How fast will Median Jews immigrate to Israel? Once the gates are opened up will African Median Jews from Kenya, Nigeria and Tanzania as well as Middle Eastern Median Jews of Iran and Iraq immigrate to Israel as fast as they can irrespective of conditions on arrival in Israel. There are 4 million Median Jews in Iran and Iraq, 2 million Median Jews (Maasai) in Kenya and Tanzania and an unknown number of Median Jews in Nigeria (Igbos who have not converted to Christianity) but they may number in the millions. Most of the 4 million Median Jews in Syria and Lebanon will not need to immigrate to Israel since Israel will annex Median Jewish (Alawite and Druze) regions of Syria and Lebanon.
Turkey has the largest concentration of Median Jews in the world and there are no statistics available although Median Jews could be as much as 25% of the population of Turkey with 16 million Alevis and 5 million Bektashis, Alawites and members of other denominations of Median Judaism that are smaller in number in Turkey. How fast will Median Jews immigrate from Turkey to Israel? There is a chronic economic crisis in Turkey which is beginning to resemble Lebanon with increasing numbers of people no longer being able to afford basic foods. Those who cannot afford, and there may be millions of Median Jews in dire economic circumstances in Turkey, will prefer to live fully fed in refugee camps in Israel to semi-starving in Turkey. Those who are still in good economic conditions will likely wait with immigrating to Israel until there is sufficient housing and employment options for new immigrants in Israel. However, the economic crisis in Turkey is highly likely to continue to deteriorate considering the refusal of Erdogan to resolve the crisis and so increasing numbers of Median Jews will want to immediately immigrate to Israel. It is also possible that official Israeli recognition of Alevis as Jews will worsen the situation for Alevis in Turkey to the point that many may desperately want to leave Turkey for Israel.
There are hundreds of thousands of Median Jews in the Balkans, primarily Bektashis in Albania and that immigration will likely be slower since those communities are not as desperate to leave as are many Median Jews in the Middle East and Africa. There are an estimated 30 000-50 000 Alevis in Xinjiang Uygur Autonomous Region and an additional 300 000 Qiang Median Jews in Sichuan province in China and it is unclear how eager these two communities will be for leaving for Israel.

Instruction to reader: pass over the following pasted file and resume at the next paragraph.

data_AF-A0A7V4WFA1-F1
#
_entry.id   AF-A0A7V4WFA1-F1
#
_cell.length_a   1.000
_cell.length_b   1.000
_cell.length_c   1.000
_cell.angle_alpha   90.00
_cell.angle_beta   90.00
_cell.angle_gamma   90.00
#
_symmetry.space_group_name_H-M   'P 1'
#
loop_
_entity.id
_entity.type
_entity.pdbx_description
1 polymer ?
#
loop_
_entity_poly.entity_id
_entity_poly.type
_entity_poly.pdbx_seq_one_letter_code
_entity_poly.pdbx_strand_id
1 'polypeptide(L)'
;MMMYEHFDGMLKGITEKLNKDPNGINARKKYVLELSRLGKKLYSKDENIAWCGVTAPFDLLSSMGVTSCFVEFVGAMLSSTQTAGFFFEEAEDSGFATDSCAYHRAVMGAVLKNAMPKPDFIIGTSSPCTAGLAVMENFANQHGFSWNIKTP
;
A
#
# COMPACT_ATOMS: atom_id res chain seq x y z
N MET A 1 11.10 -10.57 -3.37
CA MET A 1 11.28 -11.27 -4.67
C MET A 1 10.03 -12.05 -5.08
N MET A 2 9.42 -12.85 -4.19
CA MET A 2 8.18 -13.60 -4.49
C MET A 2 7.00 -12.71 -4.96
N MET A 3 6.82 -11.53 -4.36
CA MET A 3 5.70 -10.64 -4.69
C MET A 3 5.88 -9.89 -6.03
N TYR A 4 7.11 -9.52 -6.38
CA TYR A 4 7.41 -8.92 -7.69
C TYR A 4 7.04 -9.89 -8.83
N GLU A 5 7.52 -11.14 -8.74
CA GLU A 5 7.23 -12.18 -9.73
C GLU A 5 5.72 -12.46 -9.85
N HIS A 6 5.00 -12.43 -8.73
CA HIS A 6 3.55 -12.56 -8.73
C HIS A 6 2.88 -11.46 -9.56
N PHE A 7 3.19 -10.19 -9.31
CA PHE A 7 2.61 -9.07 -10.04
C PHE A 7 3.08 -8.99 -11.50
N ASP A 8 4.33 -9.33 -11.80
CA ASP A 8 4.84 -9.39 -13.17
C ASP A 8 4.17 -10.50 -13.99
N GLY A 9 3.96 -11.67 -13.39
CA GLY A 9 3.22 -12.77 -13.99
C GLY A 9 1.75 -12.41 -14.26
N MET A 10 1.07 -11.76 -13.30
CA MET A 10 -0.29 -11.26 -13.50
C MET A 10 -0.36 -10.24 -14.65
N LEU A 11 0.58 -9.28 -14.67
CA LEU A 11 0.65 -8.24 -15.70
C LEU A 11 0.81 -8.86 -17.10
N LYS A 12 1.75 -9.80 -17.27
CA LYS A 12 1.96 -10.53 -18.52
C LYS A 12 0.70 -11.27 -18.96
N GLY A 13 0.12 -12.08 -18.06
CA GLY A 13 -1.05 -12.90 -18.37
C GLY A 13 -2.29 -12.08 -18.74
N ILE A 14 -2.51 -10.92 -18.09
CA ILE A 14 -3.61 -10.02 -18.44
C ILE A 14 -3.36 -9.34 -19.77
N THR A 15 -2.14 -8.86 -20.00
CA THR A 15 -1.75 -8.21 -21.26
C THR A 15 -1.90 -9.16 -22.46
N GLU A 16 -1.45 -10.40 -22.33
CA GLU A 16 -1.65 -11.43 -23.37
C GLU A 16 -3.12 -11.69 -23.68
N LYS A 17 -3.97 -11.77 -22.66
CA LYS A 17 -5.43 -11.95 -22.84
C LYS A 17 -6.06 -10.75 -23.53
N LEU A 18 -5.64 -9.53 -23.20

Israel may thus face a wave of possibly 10 million Median Jewish immigrants already in the first year or two upon the official recognition of Median Jews as halakhically Jewish by the Israeli government and the rabbinical establishment in Israel. This means that we may see quite an early Israeli redemption of Judea and Samaria and subsequent Jordanian annexation of Gaza.
What is the timeline? Israeli annexation of Median Jewish regions of Syria and Lebanon necessitates an official Israeli recognition of Median Jews as Jews and this is likely to happen as early as during 2022 after the military defeat of Iran, Syria and Lebanon. Median Jewish immigration from Turkey will not happen until after Erdogan loses the presidential elections in June 2023.
Israel planners are no doubt busy preparing for the building of major cities in the southern Negev desert in preparation for the tripling or quadrupling of Israel’s population. Israel will need to cultivate most of the sand deserts of the Negev in order to be able to feed this vastly expanded population. Israel will initially have to set up vast refugee camps and will need to put many immigrants to work in building housing, schools, hospitals and universities for the new immigrants. The challenge will be huge for a country of only 9 million citizens to absorb 20-30 million immigrants in addition to the annexation of 5 million Lebanese and Syrians of whom 4 million are Median Jews. 2 million Palestinians will be added to Israel’s citizenry when Israel redeems and enfranchises the entire Judea and Samaria.
Israel has received mass immigration before, first in the state’s early years and second with the Glasnost period and subsequent dissolution of the Soviet Union. However, Israel has never received immigration of those dimensions before but luckily is Israel an affluent and economically developed society that is ready for this unprecedented challenge indeed.